THE DEAD SEA The turnoff from the C34 is north of Fishermen’s Inn, 300m after the” Cape Cross 20km” sign and is indicated by a heap of rocks with an arrow painted in white. Follow the track for 7.4 km to black volcanic rocks on your right hand side (not marked). Please stop on the track and walk to this outcrop where you can view bright orange crustose lichens growing on the rocks and interesting rock formations. At an old rose quartz mine beautiful pink rose quartz chunks are still to be seen as it was sorted in size, but more interesting is the small outcrop where the rose quartz formation is very clearly visible. The Strathmore South tin mine is an old worked-out mine. Underground water filled up the excavation and due to the presence of various minerals the salinity is very high which causes one to float freely – from there the name “dead sea”. Locals claim it has healing properties. Please take extreme care when moving around the mine as the sediments are very brittle and unstable. From here you can follow any track back to the C34. The main track takes one past three old graves, conjuring up wild tales of miners and their hardship in a merciless desert environment, far from any civilization. This track is NOW graded but please do not exceed 40 km/h as dust is extremely damaging to lichens and the Welwitschia plants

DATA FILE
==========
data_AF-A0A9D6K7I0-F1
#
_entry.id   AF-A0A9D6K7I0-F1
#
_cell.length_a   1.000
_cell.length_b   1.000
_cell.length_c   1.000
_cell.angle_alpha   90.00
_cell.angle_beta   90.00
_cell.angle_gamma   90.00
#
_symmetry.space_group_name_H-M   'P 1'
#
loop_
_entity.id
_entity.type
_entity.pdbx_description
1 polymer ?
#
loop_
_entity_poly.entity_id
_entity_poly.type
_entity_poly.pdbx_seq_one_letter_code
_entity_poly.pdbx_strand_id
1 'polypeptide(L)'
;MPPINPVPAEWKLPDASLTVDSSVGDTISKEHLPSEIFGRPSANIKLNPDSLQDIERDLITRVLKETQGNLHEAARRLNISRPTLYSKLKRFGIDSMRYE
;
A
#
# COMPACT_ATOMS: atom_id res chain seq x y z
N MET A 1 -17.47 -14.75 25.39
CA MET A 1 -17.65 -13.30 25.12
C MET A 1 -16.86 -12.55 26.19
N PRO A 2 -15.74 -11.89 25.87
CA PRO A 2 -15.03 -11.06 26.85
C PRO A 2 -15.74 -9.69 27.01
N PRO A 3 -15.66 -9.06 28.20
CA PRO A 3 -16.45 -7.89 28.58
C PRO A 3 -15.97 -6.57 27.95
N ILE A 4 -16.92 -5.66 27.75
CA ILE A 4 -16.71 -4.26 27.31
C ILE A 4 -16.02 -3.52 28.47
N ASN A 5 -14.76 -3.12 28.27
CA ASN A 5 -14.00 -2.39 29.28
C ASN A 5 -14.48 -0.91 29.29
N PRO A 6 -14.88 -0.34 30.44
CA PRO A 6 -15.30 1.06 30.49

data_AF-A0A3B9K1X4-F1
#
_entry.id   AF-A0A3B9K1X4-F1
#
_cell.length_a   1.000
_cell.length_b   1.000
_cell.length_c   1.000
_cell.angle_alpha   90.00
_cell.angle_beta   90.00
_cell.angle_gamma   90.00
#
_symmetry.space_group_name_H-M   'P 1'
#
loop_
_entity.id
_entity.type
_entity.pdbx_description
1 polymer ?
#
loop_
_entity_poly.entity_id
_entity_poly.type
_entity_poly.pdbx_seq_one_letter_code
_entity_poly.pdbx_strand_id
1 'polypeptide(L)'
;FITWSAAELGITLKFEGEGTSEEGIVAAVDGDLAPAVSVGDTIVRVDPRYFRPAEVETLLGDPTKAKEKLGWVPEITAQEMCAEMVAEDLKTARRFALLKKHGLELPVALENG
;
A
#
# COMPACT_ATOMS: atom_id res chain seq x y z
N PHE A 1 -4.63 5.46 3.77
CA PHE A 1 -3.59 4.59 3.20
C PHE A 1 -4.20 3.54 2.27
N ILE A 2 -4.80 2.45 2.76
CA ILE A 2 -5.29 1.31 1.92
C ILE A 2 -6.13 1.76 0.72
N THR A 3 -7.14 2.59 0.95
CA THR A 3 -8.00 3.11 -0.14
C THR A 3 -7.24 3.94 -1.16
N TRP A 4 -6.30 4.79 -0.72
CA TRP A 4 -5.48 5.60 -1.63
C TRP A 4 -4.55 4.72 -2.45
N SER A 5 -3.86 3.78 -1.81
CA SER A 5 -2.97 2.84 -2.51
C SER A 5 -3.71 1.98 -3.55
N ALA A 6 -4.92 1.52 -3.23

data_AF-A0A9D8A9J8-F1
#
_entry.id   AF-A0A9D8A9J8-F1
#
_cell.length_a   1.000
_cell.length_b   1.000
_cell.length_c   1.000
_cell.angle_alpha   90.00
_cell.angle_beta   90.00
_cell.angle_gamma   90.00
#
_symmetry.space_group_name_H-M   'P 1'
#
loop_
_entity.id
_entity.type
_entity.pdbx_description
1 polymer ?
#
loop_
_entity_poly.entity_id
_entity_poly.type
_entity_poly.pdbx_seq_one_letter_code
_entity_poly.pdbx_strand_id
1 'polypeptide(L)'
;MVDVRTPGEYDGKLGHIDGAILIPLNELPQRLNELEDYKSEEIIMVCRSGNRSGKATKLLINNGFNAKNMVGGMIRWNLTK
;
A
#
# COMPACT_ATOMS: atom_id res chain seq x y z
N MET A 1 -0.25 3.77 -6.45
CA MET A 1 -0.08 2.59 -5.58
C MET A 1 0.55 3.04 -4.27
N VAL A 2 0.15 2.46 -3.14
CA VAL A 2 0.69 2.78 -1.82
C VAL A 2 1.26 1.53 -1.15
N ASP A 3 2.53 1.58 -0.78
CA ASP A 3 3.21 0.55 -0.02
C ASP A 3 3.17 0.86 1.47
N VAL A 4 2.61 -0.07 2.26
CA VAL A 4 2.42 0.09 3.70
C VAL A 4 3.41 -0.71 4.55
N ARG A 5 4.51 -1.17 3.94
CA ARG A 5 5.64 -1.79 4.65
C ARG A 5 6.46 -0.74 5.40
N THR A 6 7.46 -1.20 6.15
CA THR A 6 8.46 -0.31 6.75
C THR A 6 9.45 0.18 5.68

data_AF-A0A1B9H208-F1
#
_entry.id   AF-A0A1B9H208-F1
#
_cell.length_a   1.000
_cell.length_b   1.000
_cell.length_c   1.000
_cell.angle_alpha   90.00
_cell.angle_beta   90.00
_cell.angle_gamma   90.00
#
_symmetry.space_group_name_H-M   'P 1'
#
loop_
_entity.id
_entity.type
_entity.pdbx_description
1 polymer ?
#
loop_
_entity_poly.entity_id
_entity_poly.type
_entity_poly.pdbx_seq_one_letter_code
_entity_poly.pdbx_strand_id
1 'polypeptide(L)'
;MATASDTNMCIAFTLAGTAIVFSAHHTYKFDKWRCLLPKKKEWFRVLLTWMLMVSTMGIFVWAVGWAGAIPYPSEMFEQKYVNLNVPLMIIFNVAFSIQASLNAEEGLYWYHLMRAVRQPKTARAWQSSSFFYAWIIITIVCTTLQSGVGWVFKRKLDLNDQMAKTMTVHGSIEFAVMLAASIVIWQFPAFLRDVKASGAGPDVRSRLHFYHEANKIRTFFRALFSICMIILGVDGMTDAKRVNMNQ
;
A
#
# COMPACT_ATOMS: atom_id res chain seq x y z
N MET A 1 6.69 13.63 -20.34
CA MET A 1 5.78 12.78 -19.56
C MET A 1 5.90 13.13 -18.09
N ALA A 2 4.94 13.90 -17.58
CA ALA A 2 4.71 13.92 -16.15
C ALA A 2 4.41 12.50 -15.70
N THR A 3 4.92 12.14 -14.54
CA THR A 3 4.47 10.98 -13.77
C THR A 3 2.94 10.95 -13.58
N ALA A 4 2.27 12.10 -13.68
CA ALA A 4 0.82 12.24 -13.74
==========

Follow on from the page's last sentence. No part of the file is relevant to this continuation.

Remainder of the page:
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Retire In Henties Active Aging Resort admin@hentiesbaygolfestate.com marketing@hentiesbaygolfestate.com +264 81 304 1907 For golf enquiries contact: Wolfie Hall +264 81 271 3830 Henties Bay, Erongo Region, Namibia

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About Henties Bay Henties Bay is a coastal town in the Erongo Region of western Namibia. It is located 70 km north of Swakopmund and is an important holiday settlement. 70 kilometres to the north of the town is the seal colony of Cape Cross. The town had 4,720 inhabitants in 2011, up from 3,285 in 2001
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Enjoy Your Life Excellent and Awesome